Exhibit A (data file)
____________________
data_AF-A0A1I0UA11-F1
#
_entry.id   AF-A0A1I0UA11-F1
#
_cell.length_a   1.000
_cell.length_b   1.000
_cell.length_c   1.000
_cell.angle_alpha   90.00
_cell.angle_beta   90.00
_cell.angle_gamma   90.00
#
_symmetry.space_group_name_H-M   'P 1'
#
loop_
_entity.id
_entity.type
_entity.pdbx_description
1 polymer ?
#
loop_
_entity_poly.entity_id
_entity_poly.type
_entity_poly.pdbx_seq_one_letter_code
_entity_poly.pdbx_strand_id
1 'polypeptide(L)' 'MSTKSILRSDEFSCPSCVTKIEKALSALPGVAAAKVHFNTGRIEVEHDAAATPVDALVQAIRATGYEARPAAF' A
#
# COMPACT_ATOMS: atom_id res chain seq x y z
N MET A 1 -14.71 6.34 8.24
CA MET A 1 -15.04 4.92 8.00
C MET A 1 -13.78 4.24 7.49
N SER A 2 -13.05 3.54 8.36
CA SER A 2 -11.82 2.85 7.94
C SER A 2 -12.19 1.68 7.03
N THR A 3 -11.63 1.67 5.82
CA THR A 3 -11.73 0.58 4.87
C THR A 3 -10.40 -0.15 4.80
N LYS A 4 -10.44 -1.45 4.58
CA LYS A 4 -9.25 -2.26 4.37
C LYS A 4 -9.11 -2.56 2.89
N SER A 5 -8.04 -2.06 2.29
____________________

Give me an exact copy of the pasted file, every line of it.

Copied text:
data_AF-A0A1I0UA11-F1
#
_entry.id   AF-A0A1I0UA11-F1
#
_cell.length_a   1.000
_cell.length_b   1.000
_cell.length_c   1.000
_cell.angle_alpha   90.00
_cell.angle_beta   90.00
_cell.angle_gamma   90.00
#
_symmetry.space_group_name_H-M   'P 1'
#
loop_
_entity.id
_entity.type
_entity.pdbx_description
1 polymer ?
#
loop_
_entity_poly.entity_id
_entity_poly.type
_entity_poly.pdbx_seq_one_letter_code
_entity_poly.pdbx_strand_id
1 'polypeptide(L)' 'MSTKSILRSDEFSCPSCVTKIEKALSALPGVAAAKVHFNTGRIEVEHDAAATPVDALVQAIRATGYEARPAAF' A
#
# COMPACT_ATOMS: atom_id res chain seq x y z
N MET A 1 -14.71 6.34 8.24
CA MET A 1 -15.04 4.92 8.00
C MET A 1 -13.78 4.24 7.49
N SER A 2 -13.05 3.54 8.36
CA SER A 2 -11.82 2.85 7.94
C SER A 2 -12.19 1.68 7.03
N THR A 3 -11.63 1.67 5.82
CA THR A 3 -11.73 0.58 4.87
C THR A 3 -10.40 -0.15 4.80
N LYS A 4 -10.44 -1.45 4.58
CA LYS A 4 -9.25 -2.26 4.37
C LYS A 4 -9.11 -2.56 2.89
N SER A 5 -8.04 -2.06 2.29